Down Syndrome Patients Undergoing Cavopulmonary Connections Have Increased Mortality And Morbidity: A Nationwide, Multi-institutional Study
Philip Allen, Michael Kwon, Brett Anderson, Emile Bacha, Damien LaPar.
Columbia University College of Physicians and Surgeons, New York, NY, USA.
Objectives: Trisomy 21 (T21) patients have elevated pulmonary vascular resistance and may have greater risk after cavopulmonary connections (CPC) (Glenn and Fontan). This study's aim was to assess in a nationwide, multi-institution CPC cohort the impact of T21 on inpatient and long-term morbidity, mortality, and resource utilization.
Methods:A total of 23,271 CPC pediatric patients (2004 – 2019) at over 40 U.S. hospitals were evaluated using the Pediatric Health Information System (PHIS) administrative database. Univariable and multivariable regression analyses were used to assess risk-adjusted associations between T21 and morbidity, mortality, lengths of stay (LOS) and hospitalization costs.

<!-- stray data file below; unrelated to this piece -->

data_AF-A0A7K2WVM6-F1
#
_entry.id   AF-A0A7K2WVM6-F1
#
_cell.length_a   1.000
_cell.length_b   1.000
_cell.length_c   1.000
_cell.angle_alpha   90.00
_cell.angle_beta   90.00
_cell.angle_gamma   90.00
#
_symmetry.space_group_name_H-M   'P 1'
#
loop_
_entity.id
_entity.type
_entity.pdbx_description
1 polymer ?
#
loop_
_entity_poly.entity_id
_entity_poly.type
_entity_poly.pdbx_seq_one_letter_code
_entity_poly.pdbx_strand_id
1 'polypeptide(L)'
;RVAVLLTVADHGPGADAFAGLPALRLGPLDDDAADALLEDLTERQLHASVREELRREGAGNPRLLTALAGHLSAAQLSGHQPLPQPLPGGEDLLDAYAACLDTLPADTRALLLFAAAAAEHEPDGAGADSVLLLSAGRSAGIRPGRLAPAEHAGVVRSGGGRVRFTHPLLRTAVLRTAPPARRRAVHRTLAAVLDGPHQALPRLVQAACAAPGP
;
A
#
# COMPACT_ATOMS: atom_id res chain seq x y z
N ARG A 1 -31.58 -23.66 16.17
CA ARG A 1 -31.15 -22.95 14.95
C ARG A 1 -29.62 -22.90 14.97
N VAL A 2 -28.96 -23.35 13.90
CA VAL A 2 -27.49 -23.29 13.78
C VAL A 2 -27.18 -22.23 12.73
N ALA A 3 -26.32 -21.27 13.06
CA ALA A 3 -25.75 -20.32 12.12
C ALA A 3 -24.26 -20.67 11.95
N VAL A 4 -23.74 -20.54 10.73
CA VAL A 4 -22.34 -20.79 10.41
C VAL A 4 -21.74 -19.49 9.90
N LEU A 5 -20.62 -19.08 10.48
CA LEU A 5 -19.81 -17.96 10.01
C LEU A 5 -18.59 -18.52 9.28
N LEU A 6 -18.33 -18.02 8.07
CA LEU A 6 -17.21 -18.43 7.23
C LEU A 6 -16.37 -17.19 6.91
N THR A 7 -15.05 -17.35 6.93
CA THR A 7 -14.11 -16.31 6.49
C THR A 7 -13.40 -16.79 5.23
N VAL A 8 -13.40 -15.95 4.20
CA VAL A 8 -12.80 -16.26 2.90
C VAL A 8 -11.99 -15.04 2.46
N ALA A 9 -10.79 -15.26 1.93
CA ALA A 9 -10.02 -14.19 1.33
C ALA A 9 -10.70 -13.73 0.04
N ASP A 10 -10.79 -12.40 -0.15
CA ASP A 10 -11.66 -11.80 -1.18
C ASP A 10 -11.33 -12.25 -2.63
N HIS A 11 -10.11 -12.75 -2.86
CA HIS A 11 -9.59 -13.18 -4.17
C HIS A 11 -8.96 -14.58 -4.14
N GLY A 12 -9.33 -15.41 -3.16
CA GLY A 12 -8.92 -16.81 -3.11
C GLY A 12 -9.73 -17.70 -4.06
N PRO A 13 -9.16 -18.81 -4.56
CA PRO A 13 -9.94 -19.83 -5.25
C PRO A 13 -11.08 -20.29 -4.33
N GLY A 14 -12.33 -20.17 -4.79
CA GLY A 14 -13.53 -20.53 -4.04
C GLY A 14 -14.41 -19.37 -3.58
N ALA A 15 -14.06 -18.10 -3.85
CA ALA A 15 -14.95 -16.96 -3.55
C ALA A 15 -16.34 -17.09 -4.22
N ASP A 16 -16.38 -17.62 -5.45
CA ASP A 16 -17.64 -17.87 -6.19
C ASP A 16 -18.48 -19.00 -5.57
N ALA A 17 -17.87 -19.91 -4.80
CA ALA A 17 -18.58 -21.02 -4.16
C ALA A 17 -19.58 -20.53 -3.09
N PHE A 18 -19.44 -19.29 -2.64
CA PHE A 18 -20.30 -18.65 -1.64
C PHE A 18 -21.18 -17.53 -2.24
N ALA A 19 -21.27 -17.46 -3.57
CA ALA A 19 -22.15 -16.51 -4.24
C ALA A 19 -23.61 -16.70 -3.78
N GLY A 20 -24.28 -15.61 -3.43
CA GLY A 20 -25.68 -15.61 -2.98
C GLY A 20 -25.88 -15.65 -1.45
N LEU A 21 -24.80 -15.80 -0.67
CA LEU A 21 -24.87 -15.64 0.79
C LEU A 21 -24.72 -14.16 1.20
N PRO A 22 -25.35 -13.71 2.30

Results:The overall prevalence of T21 for Glenn and Fontan was 1.5% (199/13,268) and 0.8% (78/1,003). T21 significantly increased unadjusted mortality, hospital LOS and total hospitalization costs (all P < 0 .001). T21 patients also incurred a higher incidence of prolonged mechanical ventilation (P < 0.001). Multivariable regressions further estimated that T21 is associated with an 8.4-fold increase in mortality (P < 0 .001) and increased ICU LOS, total LOS, overall costs (all P <0.01). Lastly, T21 patients had increased long-term mortality compared to their peers, especially in the 2 years following cavopulmonary connections (Figure).
Conclusion(s):Trisomy 21 significantly increases risk-adjusted morbidity, inpatient mortality, long-term mortality and resource utilization following cavopulmonary connections. Further investigation is needed to clarify modifiable patient-level risk factors to improve outcomes for T21 patients.
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